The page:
Custom Mandalorian Costume – Part 1

After visiting the Dallas Comic-Con a few weeks ago and seeing all the cool costumes (one of the main reasons I like to go) I decided it’s finally time for me to get to work on one of my own.

I have always wanted a set of good Stormtrooper armor, but have never really had the nearly $2K it would take to get a good set put together (there are cheaper versions…but come on…)  I know you can make your own, but I don’t really have the time to create a body cast to custom fit a set.

Members of the local Mandalorian Mercs club

Members of the local Mandalorian Mercs club

I’ve also always wanted a set of Boba Fett armor, and after some research determined that it was something I could do from scratch, even thought it will take a while.  Also, one of the main reasons I decided to go this route is the level of customization that could be done.  If I’m going to spend the time and resources to make it, I want it to be “mine.” So I’m going with a set of custom Mandalorian armor.

At the Con I visited the 501st booth (obligatory) and next to them was a booth for the Mandalorian Mercs costume club.  The guy there was very helpful and had some tips to offer.  I also began researching the build on sites such at The Dented Helmet (TDH for short.)  TDH has vast amounts of tutorials, templates, tips and tricks, etc…  I realized I could build almost a complete costume on my own, but there are some parts of it I will need to purchase already made (but can still custom paint.)

The Helmet

The helmet is the most recognizable part of the costume.  It’s the piece you want to spend the most time on, and the piece you want most to “get right.”  However, since I’m building a custom costume, I “may” take some liberties with the design.

I’m using templates I found on TDH and using 2mm cardboard (not corrugated) I picked up at Hobby Lobby to build the helmet.  Later on I’ll apply fiberglass to strengthen and Bondo to shape it, but for now it’s still in the cardboard phase.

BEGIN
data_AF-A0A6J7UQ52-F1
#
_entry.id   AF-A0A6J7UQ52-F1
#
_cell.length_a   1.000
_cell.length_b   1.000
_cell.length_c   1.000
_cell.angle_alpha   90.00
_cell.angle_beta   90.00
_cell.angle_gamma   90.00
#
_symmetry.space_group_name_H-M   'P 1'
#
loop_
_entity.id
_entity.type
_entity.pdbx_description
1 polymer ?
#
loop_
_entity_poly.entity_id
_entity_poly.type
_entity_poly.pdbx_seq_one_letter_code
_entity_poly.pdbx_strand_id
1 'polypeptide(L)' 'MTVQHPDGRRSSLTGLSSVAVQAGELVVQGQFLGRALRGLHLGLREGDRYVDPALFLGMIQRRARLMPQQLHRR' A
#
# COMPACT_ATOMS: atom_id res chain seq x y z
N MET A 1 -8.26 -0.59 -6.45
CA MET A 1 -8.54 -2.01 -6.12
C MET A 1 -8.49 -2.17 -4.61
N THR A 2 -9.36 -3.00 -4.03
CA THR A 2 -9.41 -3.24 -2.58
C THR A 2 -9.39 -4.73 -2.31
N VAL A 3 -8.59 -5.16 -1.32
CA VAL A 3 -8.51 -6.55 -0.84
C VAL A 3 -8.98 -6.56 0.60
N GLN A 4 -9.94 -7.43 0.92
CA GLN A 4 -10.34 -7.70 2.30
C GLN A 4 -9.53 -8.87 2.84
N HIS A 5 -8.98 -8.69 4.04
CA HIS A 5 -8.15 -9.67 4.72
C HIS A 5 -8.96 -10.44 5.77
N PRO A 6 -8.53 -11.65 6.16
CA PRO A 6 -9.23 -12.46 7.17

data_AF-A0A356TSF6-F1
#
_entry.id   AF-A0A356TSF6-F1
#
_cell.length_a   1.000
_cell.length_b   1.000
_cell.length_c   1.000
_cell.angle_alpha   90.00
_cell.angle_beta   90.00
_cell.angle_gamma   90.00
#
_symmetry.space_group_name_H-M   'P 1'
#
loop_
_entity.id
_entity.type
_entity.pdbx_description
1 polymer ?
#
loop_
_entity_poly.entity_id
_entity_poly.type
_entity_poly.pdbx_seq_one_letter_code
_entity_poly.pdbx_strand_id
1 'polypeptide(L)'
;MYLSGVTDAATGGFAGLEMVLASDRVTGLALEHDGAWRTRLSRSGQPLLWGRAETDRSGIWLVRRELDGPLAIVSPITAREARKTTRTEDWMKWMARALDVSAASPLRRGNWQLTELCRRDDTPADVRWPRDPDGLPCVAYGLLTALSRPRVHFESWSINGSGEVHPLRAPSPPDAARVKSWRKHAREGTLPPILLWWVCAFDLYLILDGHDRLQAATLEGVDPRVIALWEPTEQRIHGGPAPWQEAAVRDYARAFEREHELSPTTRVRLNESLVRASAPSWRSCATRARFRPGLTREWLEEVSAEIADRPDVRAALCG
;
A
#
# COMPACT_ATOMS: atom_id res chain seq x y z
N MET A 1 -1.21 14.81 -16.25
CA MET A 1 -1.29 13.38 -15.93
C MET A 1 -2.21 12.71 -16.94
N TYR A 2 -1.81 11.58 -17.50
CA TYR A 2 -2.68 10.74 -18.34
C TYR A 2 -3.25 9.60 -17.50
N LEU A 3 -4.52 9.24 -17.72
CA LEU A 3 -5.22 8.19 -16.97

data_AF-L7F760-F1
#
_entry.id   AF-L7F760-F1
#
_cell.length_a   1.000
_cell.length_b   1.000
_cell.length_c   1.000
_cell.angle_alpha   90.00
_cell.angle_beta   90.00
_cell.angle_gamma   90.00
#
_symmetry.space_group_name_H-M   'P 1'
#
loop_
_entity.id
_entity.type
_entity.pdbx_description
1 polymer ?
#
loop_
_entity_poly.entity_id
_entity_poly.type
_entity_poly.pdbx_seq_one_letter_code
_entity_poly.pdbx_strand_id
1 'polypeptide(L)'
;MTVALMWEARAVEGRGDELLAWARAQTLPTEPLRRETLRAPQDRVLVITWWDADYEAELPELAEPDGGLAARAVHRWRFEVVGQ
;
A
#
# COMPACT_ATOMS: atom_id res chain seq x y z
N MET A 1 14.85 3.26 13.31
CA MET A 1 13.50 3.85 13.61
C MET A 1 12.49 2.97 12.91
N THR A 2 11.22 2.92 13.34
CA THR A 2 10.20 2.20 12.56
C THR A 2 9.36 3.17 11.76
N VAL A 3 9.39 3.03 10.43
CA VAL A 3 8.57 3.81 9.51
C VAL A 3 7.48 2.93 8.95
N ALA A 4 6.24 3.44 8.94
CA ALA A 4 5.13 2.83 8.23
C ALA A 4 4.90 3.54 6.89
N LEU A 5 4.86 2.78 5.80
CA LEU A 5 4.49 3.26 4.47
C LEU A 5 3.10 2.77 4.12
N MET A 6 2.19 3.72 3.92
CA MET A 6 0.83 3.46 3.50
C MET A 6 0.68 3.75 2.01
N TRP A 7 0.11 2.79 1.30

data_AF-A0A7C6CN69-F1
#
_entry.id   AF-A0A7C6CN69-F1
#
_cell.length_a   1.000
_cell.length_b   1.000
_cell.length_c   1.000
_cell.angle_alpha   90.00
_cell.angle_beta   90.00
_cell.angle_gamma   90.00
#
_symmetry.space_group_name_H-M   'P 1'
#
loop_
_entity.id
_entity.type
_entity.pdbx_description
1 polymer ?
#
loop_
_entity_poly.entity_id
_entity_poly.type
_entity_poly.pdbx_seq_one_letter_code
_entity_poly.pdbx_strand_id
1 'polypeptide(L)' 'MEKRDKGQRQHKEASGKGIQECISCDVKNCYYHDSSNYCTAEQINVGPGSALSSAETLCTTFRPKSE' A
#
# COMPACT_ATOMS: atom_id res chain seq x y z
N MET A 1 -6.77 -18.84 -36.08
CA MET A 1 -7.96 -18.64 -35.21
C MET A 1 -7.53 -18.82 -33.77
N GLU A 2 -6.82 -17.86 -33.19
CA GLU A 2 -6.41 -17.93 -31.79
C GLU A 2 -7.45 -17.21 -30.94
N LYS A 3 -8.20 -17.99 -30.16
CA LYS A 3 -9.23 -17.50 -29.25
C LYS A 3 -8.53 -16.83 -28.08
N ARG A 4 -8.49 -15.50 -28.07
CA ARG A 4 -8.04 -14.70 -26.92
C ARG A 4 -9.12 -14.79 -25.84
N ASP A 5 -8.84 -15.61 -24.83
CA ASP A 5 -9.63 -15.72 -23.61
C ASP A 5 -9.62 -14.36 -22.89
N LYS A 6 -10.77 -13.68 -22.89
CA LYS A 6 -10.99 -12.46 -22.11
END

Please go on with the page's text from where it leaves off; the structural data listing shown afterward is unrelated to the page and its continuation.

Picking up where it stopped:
Laying out the helmet stencils

The first thing to do is print out the templates.  I chose to use the popular Wizard of Flight (WOF) templates I found on TDH.  However, I later ended up using RafalFett’s Templates for the reasons I outline below.

Helmet Problems

I started off using the latest versions (that I could find) of WOF’s templates.  They come in several different PDF files and are made to be printed on standard letter-sized paper.


PDF’s print at different sizes based upon the type of printer and print settings of your system.  I printed out the helmet templates and then the dome templates (from another file) and found that the dome was too small for the helmet, or the helmet was too large for the dome…either way….

Testing fitting the mask forms

Testing fitting the mask forms using the WOF templates

I messed around with print settings and after about 10 trees’ worth of paper later just decided it was too much. There are a lot of posts of successful builds on TDH with these templates, so I’m sure they are fine, I just decided to go another route for the sake of the environment. I did a test fit of the cheeks and mask overlay and found that the ears (the tall parts on the sides) sat a little too far forward.

Before I decided to use RafalFett’s templates, I printed off just the helmet dome from this set to see if it would work with the WOF mask templates.  It “kinda” did, as seen in the pics, but the helmet was just a tad to big.

At this point I just decided to start over completely using only RafalFett’s templates as everything is contained in one file, so once I got the print size correct, everything would be in proportion and should fit together nicely.

Test fitting the RafalFett dome on the WOF mask